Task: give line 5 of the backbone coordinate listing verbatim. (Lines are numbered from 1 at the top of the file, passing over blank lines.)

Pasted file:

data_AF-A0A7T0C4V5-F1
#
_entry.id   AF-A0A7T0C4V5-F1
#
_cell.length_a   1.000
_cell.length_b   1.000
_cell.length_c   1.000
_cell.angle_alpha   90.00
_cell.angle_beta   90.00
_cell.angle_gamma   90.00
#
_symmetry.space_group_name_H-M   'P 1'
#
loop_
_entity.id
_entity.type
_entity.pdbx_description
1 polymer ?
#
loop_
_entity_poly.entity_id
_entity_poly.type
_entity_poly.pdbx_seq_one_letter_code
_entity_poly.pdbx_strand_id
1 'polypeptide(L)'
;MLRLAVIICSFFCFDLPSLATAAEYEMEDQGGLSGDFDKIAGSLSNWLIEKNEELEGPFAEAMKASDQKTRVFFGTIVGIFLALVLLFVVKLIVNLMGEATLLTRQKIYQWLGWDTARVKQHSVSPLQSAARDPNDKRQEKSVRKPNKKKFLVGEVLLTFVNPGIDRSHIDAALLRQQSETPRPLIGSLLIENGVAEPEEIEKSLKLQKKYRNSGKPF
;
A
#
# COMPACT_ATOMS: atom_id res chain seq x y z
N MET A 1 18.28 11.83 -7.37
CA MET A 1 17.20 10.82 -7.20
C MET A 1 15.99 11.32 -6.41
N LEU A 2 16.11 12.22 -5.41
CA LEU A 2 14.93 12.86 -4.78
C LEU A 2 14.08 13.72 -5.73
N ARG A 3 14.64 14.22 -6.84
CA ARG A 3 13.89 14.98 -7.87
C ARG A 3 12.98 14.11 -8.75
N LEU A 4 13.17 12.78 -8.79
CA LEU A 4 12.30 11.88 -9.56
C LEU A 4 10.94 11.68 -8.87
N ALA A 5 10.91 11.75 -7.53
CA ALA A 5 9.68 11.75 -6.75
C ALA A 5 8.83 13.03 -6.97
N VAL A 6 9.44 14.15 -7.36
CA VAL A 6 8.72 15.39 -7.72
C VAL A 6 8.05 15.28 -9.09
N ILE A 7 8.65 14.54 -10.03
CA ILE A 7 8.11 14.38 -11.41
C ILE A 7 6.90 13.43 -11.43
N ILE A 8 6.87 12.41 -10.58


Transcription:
_cell.length_a   1.000